After over 2,242 deaths during clinical drug trials in last five years, the government plans to regulate the $500 million sector by bringing changes in drug laws, to make lapses by pharma MNCs a punishable offence and enhance compensation among other steps.

A day after the Supreme Court rapped the Health Ministry for allowing Indians to be used as “guinea pigs” in the conduct of drug trials, top sources told PTI that the rules meant to monitor clinical trials under the Drugs and Cosmetics Act would be notified within this month.

After notifying these rules, which will lay down guidelines for pharma companies engaging in drug trials in India, the government will further amend the Drugs and Cosmetics Act to make lapses by pharma MNCs a punishable offence under law, they said.

Waking up to regulate the clinical trial sector, the Ministry under the new rules will, for the first time, put specific responsibility on investigators and sponsors of drug trials — making it mandatory for them to address issue of medical management of subjects involved in trials in case of serious adverse events such as death.

The new rules will also prescribe a formula providing for higher compensation in case of serious adverse event like death during the trials and fix a minimum compensation amount.

So far, drug companies have been getting away with arbitrary payments, sometimes as less as Rs. 50,000, in case of death during a trial.

Health Ministry officials finalised the draft rules following a series of meetings on Thursday after the apex court came down heavily on the Ministry for sending a junior officer to file an affidavit in such a serious health matter.

Asking for the personal presence of Health Secretary in the matter, the Supreme Court gave the Ministry four weeks to respond to a PIL in the matter.

The government further aims to set up independent ethics committees under medical institutes to monitor ongoing drug trials in India, the sources said.

Such committees have to be registered with the Drug Controller General of India prior to conduct of clinical drug trials. At present, the pharma company hosting the trial sets up its own committee and has its own investigators for inquiring into serious adverse events (SAEs).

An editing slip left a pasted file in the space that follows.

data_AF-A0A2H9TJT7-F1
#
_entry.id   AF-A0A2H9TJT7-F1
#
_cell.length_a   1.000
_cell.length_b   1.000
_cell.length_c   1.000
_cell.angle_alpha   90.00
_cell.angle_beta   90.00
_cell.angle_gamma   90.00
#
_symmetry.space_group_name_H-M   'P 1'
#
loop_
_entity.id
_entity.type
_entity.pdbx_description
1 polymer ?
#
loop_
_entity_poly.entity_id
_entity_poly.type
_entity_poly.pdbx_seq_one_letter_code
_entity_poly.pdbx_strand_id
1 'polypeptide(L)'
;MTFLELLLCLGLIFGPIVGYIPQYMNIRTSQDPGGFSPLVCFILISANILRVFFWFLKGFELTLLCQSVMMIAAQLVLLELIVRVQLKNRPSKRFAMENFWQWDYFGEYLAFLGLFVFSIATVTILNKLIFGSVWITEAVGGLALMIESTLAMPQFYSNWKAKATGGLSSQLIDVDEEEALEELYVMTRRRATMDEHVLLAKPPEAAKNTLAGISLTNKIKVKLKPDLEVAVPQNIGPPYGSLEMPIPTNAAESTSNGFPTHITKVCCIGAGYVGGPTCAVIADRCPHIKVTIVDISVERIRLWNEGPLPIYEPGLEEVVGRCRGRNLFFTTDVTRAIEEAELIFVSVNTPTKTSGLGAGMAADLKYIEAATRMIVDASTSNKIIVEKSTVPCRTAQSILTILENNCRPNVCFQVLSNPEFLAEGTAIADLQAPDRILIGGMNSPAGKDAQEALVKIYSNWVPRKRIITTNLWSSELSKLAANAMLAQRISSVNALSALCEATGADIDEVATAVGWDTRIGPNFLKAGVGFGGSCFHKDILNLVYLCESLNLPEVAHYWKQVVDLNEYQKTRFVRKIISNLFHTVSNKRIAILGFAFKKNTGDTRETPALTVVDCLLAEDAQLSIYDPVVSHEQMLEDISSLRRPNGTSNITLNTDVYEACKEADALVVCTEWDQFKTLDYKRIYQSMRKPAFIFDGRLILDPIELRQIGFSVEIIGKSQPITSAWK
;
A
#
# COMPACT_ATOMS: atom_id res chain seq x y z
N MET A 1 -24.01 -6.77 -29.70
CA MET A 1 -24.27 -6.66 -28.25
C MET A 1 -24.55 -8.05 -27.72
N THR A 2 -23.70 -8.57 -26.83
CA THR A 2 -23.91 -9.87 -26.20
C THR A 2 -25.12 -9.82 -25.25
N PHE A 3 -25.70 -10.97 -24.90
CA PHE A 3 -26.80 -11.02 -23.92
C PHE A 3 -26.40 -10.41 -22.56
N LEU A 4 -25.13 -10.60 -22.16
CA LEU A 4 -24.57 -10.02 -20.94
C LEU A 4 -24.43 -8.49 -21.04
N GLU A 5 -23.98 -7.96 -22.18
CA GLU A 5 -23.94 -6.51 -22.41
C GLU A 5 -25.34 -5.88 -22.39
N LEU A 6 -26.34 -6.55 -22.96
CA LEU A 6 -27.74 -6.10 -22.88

The rules have been finalised after taking into account 300 comments received from the public on the draft circulated earlier by the Health Ministry. Two rounds of discussion with civil society members were held and draft rules prepared amidst stiff opposition from drug companies.

Incidentally, there were no rules governing or regulating the clinical drug trials sector in the country so far.

The Supreme Court had on Thursday said such uncontrolled clinical trial of drugs on humans by MNCs was creating “havoc” in the country and slammed the Centre for failing to stop the “racket” which has taken so many lives.

It said the government has slipped into “deep slumber” in addressing this “menace” and ordered that all drug trials will be done under the supervision of the Union Health Secretary.

As many as 211 deaths in clinical trials have been reported during 2012 (till June) and 438 in 2011. But compensation was paid to only 16 of them who died during drug trials in 2011. In 2010, 668 deaths were reported during drug trials but compensation was paid only in 22 cases. Over the past four years, 10 persons have died every week in such trials.

As per data provided by the Health Ministry, there have been 737 deaths in 2009 and 288 during 2008 during clinical trials in the country.

Pharma companies conducting these trials have been getting away by granting meagre compensations — sometimes as low as Rs. 50,000 — to the legal heirs of the victims.

A total of Rs. 35.21 lakh was paid in 16 cases of drug trial deaths in 2011, by pharma firms like ICON, VEEDA, Pfizer, Sanofi, Fresenius and Sun Pharma.

Compensation was awarded in 22 cases of deaths in 2010 by firms, mostly foreign, like Merck, Quintiles, Lilly, Bayer, Amgen, Bristol Myers, Sanofi, Pfizer and Wyeth. Together, these companies paid Rs. 70.33 lakh in all these cases.

The value of life is only Rs. 2.2 lakh in India if the average compensation paid for deaths during clinical trials of drugs is any yardstick.

And the value is only getting cheaper going by the compensation amount paid in 2011 as against average compensation of Rs. 3.2 lakh for clinical trial-related deaths paid in 2010, according to an analysis of data provided by the Health Ministry.

The alarmingly low-level of compensation for lives lost during clinical trials in India can be credited to the fact that government is yet to frame rules for compensation in such cases under the existing drug regulation laws in the country.

Currently pegged at $500 million, India’s clinical research market is projected to more than double and cross $1 billion mark by 2016 driven by a large and easy-to-access population with much lower cost than in the developed world.